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- Emus are capable of growing to 130 lbs in weight and over 6 feet in height.
- In spite of their imposing size, they can be friendly, curious, or even flighty.
- Kangaroos are impressively athletic and are capable of leaping 10 feet in the air.
Emus are the largest bird species in Australia and, as we see here, can be full of character! In the clip, we get to see what happens when a group of emus come face to face with a spirited kangaroo and they really don’t know what to make of each other!
Where Do Emus Usually Live?
Emus are flightless omnivorous birds that are constantly on the move looking for food and water. They do have wings, but they are certainly not powerful enough to lift that huge body off the ground. These birds can weigh up to 130 pounds and some stand over six feet tall.
There are several subspecies of emus and they are distributed all across Australia apart from Tasmania. In general, wild emus avoid the more densely populated areas and this is certainly true for Victoria. To find food and water, they can move large distances in one day. Their habitats are extremely varied, anything from open arid plains to tropical woodlands although they tend to avoid the very thickly forested areas.
Emus can also be farmed for meat, fat, and leather and this has led to some interesting studies into their behavior. There are even emu farms in the US. Researchers have found that these birds can be friendly, docile, cautious, panicky, and flighty. They are also curious which may explain their interest in the kangaroo!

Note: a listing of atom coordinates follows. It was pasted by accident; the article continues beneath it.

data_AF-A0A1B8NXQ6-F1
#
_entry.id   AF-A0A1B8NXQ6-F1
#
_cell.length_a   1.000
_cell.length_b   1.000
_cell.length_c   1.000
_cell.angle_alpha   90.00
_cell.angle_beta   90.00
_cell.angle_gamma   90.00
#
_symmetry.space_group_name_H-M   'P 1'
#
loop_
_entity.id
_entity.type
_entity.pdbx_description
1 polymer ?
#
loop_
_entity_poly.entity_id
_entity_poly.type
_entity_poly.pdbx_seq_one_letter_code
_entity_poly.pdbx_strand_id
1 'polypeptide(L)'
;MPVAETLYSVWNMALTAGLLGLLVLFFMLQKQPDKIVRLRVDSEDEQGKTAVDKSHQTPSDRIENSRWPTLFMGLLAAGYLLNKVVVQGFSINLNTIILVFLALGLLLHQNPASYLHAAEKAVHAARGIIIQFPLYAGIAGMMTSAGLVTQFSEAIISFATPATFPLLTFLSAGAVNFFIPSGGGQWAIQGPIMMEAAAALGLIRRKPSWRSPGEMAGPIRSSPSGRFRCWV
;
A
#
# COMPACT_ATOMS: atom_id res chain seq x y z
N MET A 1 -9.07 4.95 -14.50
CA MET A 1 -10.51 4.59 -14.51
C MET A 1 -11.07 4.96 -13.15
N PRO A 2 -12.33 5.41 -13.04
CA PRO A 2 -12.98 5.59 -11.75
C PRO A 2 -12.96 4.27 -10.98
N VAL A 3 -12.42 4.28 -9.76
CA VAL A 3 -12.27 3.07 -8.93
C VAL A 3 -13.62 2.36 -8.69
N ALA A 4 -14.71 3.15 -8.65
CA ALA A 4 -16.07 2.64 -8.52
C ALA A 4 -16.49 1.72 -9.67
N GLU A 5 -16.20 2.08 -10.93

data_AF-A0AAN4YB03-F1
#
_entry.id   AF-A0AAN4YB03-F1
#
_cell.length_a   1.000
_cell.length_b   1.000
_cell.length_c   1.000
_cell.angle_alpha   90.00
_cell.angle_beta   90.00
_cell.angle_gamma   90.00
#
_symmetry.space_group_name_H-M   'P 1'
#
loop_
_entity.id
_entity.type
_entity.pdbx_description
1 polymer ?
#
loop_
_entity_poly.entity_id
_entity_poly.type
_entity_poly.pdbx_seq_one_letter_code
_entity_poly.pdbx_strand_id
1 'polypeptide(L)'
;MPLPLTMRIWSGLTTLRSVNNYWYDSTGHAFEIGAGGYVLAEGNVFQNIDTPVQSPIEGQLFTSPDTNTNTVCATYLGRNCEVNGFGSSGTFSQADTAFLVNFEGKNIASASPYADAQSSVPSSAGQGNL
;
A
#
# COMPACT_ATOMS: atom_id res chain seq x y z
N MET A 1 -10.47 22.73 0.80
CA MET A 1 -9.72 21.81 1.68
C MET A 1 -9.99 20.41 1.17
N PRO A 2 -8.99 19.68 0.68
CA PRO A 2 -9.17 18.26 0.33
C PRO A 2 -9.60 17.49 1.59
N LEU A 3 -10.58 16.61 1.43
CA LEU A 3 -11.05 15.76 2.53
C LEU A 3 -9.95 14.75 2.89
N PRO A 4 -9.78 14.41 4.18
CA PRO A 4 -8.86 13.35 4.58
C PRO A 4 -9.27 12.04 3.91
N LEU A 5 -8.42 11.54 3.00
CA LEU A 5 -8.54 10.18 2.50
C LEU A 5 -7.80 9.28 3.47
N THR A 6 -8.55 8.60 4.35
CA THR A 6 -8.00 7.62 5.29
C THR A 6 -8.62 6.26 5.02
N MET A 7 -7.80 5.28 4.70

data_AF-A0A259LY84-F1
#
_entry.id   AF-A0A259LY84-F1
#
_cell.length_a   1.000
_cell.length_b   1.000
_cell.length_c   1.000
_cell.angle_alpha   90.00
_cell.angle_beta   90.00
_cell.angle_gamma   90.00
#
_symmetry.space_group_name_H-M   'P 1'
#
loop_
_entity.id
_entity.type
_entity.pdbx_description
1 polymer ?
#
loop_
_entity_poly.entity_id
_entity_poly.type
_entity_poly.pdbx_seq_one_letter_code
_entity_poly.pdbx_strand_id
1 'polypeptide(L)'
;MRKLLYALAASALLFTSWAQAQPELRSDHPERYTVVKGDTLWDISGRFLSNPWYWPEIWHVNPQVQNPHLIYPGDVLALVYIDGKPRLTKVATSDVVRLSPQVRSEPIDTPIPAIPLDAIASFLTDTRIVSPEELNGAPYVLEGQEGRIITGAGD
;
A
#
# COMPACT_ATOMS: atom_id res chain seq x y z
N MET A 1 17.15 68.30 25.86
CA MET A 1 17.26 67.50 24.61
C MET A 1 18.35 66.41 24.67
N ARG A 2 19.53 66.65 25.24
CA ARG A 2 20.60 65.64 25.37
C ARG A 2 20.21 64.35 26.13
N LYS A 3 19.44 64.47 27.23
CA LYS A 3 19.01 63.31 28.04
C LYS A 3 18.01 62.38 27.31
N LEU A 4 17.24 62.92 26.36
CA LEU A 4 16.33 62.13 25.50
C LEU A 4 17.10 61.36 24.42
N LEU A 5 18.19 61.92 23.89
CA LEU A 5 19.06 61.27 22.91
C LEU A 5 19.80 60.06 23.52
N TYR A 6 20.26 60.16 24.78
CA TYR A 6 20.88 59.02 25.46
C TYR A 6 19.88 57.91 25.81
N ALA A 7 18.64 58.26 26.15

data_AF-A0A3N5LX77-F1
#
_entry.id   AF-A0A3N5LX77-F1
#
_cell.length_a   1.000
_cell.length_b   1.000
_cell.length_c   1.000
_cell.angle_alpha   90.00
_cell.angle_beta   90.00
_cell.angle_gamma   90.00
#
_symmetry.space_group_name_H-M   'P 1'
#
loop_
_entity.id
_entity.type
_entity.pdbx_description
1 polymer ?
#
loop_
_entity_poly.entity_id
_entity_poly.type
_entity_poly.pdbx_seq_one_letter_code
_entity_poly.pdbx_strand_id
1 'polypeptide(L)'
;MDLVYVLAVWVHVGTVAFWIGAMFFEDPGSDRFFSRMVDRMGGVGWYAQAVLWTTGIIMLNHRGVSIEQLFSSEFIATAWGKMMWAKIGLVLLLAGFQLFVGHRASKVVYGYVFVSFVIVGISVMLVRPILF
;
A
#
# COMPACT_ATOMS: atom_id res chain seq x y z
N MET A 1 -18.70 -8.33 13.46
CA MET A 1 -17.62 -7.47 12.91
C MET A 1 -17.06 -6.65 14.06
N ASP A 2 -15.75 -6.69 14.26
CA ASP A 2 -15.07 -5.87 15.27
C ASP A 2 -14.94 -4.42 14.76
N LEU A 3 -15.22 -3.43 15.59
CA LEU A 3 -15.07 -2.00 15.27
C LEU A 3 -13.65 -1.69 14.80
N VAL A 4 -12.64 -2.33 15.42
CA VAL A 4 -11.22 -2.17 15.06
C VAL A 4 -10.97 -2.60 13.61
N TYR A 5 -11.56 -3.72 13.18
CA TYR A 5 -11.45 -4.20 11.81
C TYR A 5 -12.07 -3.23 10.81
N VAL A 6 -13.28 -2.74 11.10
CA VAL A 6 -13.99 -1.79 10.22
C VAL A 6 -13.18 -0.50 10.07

Is This Normal Behavior for a Kangaroo?
The kangaroo can match the emu when it comes to unusual looks. They are bipedal (walk on two legs) and are also harvested – for their skin and meat. Thanks to their very large hind legs and feet, they can jump up to 10 feet in the air. There are several different types of kangaroo that evolved from tree-dwelling marsupials.
As social animals, they prefer to congregate in groups called herds, mobs, or troops. The kangaroo in this clip adopts a typical ‘boxing’ stance. When they box, it actually involves a lot of circling, grappling, and kicking as well as throwing punches. This looked more like the play fighting that young kangaroos indulge in to hone their skills rather than a true confrontation.
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